Newsflash: It's really not breaking news, just something important that I forgot to put in the post last night. Here's the link for Anderson's book signings. His book, Dispatches from the Edge is being released in paperback in May. Keep checking, I think they'll be adding more.
I'm going to try something a little different tonight. I'm just going to list some of my thoughts about Friday night's AC360 and hope you'll give me your impressions in comments.
1. I so thought that Anderson was showing us (in the toss from LK) that he remembered to wear his watch on Friday night.
5. The 'sweet Jesus' debate between the artist and the zealot from the Catholic Church made me very uncomfortable. I actually muted it after the name calling began.
6. Awwww, Herbert Getrich....so nice to see his home is almost finished.
7. Finally CNN is starting to cover the MenuFoods poisoned food crisis.
8. Candy Crowley looked hot tonight. Maybe she had a big date? Seriously I love when she's on the show. And where are The Gerg and John King?
9. Poor Wynonna, I thought she'd finally found happiness. Maybe she should have AC's baby?
10. Two new installments in the 'What is a Christian' series during Holy Week. Excellent!
11. I so think that Anderson didn't mean to say 'I'll see you on Monday'. He tried to hold it back and then it was like he thought about it and couldn't figure out a way not to say it. Major Anderstumblage. Should we expect a vacation?
As I was reading through some of my usual webpages today, I came across an interview with Barry Diller, husband of Diane Von Furstenberg, and friend of Anderson's, in Financial Times .com. One of the subjects of the piece was newspapers. Here is an excerpt from the interview:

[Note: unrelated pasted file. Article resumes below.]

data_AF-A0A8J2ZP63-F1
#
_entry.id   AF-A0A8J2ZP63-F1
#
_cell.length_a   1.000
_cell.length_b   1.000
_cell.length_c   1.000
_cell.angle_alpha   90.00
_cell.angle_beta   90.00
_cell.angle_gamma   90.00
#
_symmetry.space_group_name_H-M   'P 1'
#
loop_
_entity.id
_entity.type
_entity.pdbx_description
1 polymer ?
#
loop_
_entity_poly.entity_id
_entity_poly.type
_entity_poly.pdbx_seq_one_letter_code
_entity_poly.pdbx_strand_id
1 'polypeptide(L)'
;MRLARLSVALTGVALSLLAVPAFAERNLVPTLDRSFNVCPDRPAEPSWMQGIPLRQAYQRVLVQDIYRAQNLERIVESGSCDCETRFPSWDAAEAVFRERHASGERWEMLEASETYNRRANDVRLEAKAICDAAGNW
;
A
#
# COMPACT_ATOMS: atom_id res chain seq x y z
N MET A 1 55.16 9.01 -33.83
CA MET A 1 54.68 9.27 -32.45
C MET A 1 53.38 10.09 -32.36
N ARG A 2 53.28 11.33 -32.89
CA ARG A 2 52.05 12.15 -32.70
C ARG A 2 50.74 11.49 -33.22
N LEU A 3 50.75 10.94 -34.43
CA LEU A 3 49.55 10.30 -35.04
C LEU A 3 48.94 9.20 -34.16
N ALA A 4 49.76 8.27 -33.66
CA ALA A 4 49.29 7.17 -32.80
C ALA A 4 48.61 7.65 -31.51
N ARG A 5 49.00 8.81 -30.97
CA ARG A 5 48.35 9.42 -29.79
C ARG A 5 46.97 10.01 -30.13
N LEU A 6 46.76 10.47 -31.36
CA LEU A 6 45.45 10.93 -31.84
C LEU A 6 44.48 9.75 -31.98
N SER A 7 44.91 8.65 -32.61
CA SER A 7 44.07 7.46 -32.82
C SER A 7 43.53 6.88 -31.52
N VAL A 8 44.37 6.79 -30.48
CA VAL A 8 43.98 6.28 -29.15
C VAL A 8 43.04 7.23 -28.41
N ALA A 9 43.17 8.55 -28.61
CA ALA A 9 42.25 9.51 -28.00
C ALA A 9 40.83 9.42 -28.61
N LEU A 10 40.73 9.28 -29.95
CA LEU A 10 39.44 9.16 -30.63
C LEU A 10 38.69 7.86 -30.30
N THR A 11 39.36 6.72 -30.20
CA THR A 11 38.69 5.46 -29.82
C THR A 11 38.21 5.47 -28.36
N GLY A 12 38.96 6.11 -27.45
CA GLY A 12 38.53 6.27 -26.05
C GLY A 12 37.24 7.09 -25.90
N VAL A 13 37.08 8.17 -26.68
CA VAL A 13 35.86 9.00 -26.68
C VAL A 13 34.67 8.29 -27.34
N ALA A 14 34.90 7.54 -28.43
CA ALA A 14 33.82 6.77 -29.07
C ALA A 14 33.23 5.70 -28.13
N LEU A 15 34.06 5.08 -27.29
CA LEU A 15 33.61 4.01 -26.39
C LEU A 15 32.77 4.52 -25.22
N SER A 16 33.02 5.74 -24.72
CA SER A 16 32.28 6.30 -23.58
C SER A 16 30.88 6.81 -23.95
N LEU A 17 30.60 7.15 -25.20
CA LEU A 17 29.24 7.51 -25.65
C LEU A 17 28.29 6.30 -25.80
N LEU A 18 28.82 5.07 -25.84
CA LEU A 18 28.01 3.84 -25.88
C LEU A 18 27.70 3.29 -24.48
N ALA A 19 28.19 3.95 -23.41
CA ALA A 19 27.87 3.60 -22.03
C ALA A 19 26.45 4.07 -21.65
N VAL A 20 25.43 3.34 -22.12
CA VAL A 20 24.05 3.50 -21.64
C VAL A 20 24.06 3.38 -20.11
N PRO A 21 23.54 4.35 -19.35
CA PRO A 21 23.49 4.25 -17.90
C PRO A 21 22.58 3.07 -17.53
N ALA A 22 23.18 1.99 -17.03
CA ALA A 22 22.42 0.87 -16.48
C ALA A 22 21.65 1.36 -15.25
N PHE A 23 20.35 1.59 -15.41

FT: What do you think the future of newspapers is?
MR DILLER: Its popularity is clearly eroding.
FT: Is it going to fall off a cliff at some point?
MR DILLER: It is not necessary to have a cliff if every year, on the clock, you’re down by 5 to 7 to 10%, so that cliff is just a long decline that is inevitable. Now, is it going to zero? No. Is it sustaining? I think yes. Is it going to be the level of sustenance that is going to allow these news gathering enterprises to continue to put out the product? No, on its own. But, will other ways be found? I certainly think so.
FT: What about the possibility of billionaire owners coming in and old fashioned news organisations becoming like sports teams, a trophy asset?
MR DILLER: Warren Buffett says it earlier and better than I ever could, but he feels that one of the enduring values is going to be that there is going to be vanity owners of some of these still powerful icons, these big journalism brands, and by definition they’re all local and there’s going to be some of that, and that will play out, as it does. For sports it has played out pretty good. They not only have gotten to play or make huge noise, like that guy makes in Mavericks, but they’ve also made a lot of money, because it was economically viable. Now, is that what Sam zell is doing? I doubt it, since he says, I don’t really care about the product, I just want to make money.
Interesting enough as I went through Huffington Post Arianna had written a piece about newspapers today too. Here is a snippet from her article: